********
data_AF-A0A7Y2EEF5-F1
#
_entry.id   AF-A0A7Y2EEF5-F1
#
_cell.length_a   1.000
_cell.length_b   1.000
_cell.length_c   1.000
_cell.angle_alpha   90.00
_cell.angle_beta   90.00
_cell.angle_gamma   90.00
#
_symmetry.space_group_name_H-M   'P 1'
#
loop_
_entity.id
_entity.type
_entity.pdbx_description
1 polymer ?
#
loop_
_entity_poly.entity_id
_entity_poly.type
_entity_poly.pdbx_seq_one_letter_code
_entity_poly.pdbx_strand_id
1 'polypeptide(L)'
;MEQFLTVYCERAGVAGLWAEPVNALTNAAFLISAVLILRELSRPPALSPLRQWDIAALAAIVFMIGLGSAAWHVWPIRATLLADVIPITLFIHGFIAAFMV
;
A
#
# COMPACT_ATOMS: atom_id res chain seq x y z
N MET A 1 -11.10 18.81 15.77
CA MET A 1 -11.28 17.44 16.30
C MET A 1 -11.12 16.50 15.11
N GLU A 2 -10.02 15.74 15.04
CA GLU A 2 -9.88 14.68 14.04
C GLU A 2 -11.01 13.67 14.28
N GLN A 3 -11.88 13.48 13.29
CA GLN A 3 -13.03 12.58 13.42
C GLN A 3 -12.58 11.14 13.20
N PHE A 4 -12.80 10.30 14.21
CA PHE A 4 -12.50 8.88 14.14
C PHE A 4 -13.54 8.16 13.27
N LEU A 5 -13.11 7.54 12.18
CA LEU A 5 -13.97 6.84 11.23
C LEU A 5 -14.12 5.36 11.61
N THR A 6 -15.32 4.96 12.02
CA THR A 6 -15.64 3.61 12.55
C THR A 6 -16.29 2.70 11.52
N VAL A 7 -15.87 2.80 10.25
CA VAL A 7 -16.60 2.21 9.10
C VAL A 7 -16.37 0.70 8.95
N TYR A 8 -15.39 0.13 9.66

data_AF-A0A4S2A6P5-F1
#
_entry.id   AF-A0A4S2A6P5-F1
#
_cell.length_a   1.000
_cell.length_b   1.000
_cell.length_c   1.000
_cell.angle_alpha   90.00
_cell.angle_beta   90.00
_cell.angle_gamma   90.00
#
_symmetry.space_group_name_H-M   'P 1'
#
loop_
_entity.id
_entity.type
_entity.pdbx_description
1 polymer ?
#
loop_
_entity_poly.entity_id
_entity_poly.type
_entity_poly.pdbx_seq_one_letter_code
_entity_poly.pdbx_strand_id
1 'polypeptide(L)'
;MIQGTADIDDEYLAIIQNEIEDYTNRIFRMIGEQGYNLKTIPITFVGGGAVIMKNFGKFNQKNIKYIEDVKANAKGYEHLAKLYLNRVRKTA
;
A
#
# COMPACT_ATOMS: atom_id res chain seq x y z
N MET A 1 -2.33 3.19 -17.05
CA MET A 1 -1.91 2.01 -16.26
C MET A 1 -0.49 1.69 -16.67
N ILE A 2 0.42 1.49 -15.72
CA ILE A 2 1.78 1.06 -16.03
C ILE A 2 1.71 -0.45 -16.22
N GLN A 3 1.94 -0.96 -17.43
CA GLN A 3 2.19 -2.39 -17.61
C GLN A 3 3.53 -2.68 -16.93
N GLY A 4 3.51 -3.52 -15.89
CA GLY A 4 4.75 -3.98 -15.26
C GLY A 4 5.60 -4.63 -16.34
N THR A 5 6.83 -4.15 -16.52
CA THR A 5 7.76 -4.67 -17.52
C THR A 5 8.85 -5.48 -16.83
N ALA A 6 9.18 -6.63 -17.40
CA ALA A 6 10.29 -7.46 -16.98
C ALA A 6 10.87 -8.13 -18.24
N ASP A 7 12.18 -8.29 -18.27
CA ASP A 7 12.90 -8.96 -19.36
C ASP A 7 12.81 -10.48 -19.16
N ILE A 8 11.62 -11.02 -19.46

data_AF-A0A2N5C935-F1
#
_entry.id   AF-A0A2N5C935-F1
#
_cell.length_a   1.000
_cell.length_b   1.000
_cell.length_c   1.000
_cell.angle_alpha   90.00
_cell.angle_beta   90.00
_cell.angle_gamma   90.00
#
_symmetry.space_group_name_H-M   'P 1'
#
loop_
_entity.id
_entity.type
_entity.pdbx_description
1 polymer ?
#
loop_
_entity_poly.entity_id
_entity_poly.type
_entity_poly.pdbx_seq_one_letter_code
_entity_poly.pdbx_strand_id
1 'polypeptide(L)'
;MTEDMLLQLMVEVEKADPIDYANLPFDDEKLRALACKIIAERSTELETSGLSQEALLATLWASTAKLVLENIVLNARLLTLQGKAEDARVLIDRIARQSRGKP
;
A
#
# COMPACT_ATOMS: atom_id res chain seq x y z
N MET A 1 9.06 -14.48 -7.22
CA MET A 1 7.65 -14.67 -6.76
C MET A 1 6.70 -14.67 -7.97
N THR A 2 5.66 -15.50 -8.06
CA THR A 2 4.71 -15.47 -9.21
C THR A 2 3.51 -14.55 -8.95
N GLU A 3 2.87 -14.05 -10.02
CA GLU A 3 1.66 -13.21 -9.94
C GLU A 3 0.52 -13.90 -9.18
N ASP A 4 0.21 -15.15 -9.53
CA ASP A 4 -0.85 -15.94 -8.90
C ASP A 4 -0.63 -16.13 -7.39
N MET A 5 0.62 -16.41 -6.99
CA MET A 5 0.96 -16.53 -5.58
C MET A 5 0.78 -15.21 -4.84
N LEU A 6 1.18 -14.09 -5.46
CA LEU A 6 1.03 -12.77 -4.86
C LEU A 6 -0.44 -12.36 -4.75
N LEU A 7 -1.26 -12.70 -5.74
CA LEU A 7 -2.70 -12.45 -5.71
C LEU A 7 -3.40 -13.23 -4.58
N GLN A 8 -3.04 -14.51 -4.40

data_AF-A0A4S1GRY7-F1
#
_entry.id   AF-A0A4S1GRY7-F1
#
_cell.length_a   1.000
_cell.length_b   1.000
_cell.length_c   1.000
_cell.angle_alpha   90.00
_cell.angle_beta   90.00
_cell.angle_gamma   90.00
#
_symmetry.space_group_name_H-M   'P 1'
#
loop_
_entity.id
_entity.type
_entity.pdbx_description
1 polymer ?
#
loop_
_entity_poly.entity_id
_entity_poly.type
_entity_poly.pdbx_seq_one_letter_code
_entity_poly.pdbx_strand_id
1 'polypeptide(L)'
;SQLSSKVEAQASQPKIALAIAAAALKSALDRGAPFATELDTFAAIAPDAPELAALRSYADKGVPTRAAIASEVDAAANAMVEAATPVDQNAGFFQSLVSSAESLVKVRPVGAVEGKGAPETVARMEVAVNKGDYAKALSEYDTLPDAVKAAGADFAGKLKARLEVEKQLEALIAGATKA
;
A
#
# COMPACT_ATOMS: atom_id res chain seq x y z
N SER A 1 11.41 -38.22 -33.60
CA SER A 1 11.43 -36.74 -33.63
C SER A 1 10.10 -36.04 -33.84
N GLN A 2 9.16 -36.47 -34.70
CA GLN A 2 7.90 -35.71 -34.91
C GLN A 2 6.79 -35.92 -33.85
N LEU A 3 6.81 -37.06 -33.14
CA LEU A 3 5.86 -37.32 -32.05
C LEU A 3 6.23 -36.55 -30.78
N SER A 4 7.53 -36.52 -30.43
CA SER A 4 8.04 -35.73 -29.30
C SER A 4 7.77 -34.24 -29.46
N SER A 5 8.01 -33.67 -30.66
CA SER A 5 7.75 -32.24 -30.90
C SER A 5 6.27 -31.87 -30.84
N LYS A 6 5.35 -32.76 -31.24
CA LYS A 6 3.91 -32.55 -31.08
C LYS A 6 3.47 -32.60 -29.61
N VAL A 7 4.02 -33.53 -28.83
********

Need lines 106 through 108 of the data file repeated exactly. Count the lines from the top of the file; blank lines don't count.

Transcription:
#
_entry.id   AF-A0A2N5C935-F1
#